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Home / Home news / Arizona, 21 other states to have federal timber payments reduced

Arizona, 21 other states to have federal timber payments reduced

A pile of logs, stripped of branches and cut to size, awaits transport near Halls Ranch within Apache-Sitgreaves National Forest in eastern Arizona’s White Mountains. (Cronkite News Service photo by Brandon Quester)

A pile of logs, stripped of branches and cut to size, awaits transport near Halls Ranch within Apache-Sitgreaves National Forest in eastern Arizona’s White Mountains. (Cronkite News Service photo by Brandon Quester)

WASHINGTON – The federal government will deduct more than $860,000 from its timber payment to Arizona this year, some of the more than $15 million the U.S. Forest Service said it will withhold from 22 states.

A Forest Service letter to governors last week said the deductions are needed to keep the agency’s budget in balance after the cuts from the federal budget sequestration that took effect earlier this year.

“We regret having to take this action, but must ensure that the Forest Service meets the requirements” of the Balanced Budget and Emergency Deficit Control Act of 1985, Forest Service Chief Tom Tidwell said in the letters.

The Aug. 19 letter to Gov. Jan Brewer said Arizona will still receive about $1.1 million this year after having $861,351.95 withheld from its payment. Brewer’s office did not return calls seeking comment Tuesday.

Oregon was hit the hardest by the cuts, missing out on nearly $4 million this year. In all, the cuts hit 41 states and Puerto Rico, ranging from Oregon down to North Dakota, which lost $32.13 in its timber payment.

The payments have been made for decades by the Forest Service with proceeds on the sale of timber on federal lands. Each state’s share is determined not by the amount of timber taken from the state but under a formula set in the Secure Rural Schools and Community Self-Determination Act of 2000, which also sets rules for what states can spend the money on.

The timber payment cuts were first announced in March, when Tidwell told the states that they could either repay the federal government then with money they had received in fiscal 2012 or have it deducted from their payments this year.

Most of the states that owed the least paid up in March, but Arizona and 21 other states kept the money and opted to have it withheld now. In total, the Forest Service received or withheld nearly $17.8 million.

But the Western Governors’ Association has argued that the federal government does not have the right to take back money that was distributed to states in 2012, before federal budget sequestration took effect.

In a May letter to Agriculture Secretary Tom Vilsack, the association said that federal agencies do not have the authority to retroactively cut funds to states under the Budget Control Act of 2011, which mandated the sequestration.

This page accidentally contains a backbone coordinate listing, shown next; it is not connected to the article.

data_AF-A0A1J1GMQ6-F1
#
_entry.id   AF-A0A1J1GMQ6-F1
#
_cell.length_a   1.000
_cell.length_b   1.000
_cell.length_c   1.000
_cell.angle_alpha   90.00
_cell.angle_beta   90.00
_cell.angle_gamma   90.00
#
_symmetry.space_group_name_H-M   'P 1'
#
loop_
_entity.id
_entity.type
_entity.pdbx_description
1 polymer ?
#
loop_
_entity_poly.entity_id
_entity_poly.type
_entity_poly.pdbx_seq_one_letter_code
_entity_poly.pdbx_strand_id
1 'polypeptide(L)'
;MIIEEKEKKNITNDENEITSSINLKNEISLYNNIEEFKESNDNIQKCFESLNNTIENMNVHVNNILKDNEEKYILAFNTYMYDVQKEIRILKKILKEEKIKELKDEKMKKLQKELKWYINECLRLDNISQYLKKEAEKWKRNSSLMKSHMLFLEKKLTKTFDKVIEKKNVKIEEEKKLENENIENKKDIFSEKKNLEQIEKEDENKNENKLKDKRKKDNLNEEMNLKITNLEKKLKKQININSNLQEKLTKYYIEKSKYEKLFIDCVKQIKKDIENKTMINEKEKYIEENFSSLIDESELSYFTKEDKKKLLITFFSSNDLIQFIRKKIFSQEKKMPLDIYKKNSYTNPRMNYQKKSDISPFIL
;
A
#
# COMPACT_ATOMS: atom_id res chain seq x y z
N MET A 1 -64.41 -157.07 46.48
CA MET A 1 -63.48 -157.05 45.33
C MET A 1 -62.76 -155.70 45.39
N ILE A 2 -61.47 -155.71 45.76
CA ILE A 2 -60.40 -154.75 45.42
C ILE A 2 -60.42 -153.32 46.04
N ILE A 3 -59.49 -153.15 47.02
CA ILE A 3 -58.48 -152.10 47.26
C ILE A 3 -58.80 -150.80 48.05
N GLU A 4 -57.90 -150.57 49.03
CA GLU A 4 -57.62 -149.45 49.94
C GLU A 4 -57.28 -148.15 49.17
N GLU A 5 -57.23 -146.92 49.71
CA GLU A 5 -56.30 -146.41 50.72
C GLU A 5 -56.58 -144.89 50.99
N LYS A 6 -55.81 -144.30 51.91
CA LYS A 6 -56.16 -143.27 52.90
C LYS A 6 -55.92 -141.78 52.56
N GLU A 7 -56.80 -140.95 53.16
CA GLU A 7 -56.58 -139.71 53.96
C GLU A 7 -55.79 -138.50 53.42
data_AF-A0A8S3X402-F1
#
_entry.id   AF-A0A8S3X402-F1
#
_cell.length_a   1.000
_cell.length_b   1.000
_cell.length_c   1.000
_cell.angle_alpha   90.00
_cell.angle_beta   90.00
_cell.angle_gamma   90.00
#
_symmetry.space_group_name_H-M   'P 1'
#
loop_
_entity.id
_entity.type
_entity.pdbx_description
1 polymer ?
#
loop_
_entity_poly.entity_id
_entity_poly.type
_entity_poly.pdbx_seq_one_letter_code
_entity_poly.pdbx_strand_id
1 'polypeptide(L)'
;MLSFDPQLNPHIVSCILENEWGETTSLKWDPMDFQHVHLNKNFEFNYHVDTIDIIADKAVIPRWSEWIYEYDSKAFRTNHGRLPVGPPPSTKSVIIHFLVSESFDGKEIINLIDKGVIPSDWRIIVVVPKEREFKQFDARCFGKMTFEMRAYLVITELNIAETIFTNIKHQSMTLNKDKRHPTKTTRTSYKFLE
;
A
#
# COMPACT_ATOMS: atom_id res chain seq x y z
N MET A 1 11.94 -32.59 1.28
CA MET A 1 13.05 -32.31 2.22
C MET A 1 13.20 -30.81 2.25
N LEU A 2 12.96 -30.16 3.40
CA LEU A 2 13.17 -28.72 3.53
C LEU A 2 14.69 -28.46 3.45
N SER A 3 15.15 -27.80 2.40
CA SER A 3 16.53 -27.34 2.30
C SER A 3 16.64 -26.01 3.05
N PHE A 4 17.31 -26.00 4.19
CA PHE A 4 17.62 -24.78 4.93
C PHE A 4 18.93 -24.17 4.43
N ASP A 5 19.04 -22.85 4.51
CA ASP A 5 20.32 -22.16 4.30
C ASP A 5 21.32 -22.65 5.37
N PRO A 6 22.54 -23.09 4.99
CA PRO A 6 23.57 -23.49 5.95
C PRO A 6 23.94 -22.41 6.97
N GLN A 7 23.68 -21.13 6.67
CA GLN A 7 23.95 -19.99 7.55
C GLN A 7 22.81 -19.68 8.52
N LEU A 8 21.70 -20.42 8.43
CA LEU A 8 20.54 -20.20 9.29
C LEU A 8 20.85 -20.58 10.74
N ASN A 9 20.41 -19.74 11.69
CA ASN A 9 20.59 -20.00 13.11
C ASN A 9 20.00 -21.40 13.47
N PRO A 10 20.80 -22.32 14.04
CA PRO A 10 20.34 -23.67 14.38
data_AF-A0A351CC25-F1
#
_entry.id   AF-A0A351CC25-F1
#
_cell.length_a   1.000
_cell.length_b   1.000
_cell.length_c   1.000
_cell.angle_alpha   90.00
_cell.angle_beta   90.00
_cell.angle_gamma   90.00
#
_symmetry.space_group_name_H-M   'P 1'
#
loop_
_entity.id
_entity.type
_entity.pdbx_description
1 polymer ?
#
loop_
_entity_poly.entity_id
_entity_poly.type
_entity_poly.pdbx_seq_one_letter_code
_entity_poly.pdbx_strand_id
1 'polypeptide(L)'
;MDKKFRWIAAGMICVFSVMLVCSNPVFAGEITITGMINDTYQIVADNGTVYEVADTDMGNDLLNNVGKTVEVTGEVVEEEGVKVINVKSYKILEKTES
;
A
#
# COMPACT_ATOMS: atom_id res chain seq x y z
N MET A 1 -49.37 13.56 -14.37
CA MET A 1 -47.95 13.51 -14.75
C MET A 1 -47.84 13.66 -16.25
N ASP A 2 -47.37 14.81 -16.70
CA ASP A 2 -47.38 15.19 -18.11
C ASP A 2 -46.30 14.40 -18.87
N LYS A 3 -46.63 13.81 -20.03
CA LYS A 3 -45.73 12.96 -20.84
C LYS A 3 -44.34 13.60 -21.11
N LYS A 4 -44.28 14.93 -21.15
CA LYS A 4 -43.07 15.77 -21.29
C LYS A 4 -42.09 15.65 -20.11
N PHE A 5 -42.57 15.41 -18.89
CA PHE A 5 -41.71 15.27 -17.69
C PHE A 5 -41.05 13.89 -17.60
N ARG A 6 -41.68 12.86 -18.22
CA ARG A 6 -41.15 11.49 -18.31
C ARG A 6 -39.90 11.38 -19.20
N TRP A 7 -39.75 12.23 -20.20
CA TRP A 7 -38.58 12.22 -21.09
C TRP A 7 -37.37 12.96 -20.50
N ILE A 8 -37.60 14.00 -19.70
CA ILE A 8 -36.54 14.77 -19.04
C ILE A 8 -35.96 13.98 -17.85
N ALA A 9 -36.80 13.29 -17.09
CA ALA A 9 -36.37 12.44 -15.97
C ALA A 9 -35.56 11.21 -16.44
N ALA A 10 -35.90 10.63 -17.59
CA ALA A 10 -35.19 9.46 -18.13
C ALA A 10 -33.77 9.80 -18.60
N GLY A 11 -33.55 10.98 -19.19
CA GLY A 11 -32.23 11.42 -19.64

“The act does not include language authorizing retroactive application of the spending reductions or limitations,” the letter said. “Nor does it contain language requiring reimbursement of funds that were already distributed in order to satisfy spending limitations.”

Ann Walker, a policy manager for the governors’ association, said Tuesday that pulling money back from the states is not as cost-effective as it seems. Much of the money the states receive goes toward fire prevention and emergency response, she said. And some of the projects funded by these payments are required to be in a national forest or to benefit national forests, according to the Forest Service’s website.

“The things that get done with this are really a benefit to the federal government,” Walker said.

The association compared the timber-payment reductions to a previous Interior Department attempt to withhold mineral royalty payments to 34 states, including Arizona. The department reversed itself Monday, telling states that it would repay what it had deducted from their 2013 payments and would not deduct anything next year.

 

Cutting timber

The U.S. Forest Service kept nearly $17.8 million in timber payments that would normally have gone to states this year, to help balance its budget. The cuts, by state:

Oregon: $3,951,295.09

California: $2,168,303.51

Idaho: $1,720,989.54

*Washington: $1,284,308.35

Montana: $1,276,381.10

Alaska: $932,954.84

Arizona: $861,351.95

Colorado: $786,915.56

Utah: $638,401.28

New Mexico: $624,616.46

*Arkansas: $460,630.92

Mississippi: $334,078.54

Wyoming: $259,106.98

Nevada: $234,016.46

Michigan: $229,491.00

*Missouri: $175,783.73

*Pennsylvania: $174,528.14

Texas: $144,763.40

*Minnesota: $143,027.10

Florida: $139,103.82

Wisconsin: $120,158.76

Louisiana: $117,497.78

West Virginia: $116,798.95

South Carolina: $107,461.46

South Dakota: $98,922.53

*North Carolina: $97,026.19

Kentucky: $94,387.88

*Alabama: $94,054.37

*Virginia: $86,069.92

*Georgia: $79,030.56

Oklahoma: $62,340.75

*Tennessee: $60,908.81

*New Hampshire: $27,883.55

*Vermont: $17,037.37

*Indiana: $13,719.17

*Ohio: $13,686.33

*Illinois: $12,948.48

*Nebraska: $10,037.86

*Puerto Rico: $7,509.87

*Maine: $3,648.36

*New York: $960.08

*North Dakota: $32.13

* State paid back the money in March.

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